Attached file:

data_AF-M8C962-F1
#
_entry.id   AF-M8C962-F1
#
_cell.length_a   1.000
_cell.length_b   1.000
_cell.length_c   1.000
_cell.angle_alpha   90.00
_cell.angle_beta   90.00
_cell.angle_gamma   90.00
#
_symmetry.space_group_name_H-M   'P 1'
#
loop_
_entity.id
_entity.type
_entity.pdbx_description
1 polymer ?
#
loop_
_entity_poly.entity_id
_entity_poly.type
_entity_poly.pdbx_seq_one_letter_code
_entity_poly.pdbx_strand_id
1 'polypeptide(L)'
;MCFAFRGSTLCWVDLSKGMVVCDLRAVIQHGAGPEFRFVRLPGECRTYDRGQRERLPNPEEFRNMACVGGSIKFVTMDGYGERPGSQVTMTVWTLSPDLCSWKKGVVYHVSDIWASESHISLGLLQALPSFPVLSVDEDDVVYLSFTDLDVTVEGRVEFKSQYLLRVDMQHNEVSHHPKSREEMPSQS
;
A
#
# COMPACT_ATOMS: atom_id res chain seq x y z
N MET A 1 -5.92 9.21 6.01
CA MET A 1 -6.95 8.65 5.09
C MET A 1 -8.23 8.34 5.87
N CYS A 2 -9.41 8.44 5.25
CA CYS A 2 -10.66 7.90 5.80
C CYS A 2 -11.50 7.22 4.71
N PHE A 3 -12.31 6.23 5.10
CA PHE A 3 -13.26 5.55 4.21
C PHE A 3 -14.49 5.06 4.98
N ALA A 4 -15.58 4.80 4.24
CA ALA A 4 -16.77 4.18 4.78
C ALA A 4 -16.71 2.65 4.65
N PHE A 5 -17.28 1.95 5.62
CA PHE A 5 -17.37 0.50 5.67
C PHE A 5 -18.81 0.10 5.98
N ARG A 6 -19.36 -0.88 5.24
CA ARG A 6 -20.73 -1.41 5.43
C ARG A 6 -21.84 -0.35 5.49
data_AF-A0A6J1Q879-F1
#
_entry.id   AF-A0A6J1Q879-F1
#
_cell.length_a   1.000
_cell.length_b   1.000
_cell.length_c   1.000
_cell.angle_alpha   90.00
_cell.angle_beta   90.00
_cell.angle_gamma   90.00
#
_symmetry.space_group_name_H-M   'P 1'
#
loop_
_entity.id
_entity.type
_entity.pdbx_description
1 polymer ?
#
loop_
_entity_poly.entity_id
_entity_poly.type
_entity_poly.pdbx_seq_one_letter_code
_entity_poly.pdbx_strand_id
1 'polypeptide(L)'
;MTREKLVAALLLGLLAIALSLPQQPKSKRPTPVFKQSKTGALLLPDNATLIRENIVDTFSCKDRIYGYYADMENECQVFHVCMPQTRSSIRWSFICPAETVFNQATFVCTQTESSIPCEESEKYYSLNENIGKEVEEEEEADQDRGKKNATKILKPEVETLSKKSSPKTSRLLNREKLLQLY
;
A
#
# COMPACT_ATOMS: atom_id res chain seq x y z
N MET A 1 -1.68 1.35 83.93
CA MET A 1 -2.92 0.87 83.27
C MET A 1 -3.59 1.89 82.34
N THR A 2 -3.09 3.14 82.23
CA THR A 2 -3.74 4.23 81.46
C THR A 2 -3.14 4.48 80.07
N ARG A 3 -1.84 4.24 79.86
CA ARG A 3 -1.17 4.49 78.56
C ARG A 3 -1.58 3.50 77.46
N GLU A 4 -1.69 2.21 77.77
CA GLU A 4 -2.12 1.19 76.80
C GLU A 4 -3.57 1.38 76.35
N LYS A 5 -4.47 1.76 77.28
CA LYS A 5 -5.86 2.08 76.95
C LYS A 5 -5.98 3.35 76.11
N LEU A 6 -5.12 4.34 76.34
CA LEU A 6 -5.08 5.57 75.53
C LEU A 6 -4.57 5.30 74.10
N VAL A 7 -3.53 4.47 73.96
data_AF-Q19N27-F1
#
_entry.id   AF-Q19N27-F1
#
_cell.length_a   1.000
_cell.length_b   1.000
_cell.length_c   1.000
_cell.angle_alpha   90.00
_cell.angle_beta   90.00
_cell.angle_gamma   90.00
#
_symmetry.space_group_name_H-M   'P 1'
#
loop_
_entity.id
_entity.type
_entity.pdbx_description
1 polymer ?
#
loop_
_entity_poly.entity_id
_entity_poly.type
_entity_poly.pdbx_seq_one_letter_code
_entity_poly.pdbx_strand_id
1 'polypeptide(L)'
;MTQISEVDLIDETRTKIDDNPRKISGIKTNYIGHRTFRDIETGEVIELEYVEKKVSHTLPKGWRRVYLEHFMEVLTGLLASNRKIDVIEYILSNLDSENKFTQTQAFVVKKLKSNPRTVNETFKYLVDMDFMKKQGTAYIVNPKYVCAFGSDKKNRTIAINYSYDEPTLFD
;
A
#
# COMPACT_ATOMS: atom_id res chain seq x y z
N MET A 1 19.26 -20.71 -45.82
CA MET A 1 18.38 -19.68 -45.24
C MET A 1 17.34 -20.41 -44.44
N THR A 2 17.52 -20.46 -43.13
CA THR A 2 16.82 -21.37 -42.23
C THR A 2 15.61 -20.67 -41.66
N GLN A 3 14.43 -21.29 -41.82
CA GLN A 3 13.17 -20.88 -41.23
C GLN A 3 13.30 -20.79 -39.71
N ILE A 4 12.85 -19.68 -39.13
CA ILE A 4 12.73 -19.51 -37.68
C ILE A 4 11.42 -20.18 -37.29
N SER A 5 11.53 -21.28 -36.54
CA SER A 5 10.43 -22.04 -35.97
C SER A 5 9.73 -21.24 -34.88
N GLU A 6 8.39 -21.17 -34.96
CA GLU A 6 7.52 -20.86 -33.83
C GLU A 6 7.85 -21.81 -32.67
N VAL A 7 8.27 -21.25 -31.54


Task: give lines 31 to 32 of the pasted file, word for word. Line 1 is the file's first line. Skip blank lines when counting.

N MET A 1 -5.92 9.21 6.01
CA MET A 1 -6.95 8.65 5.09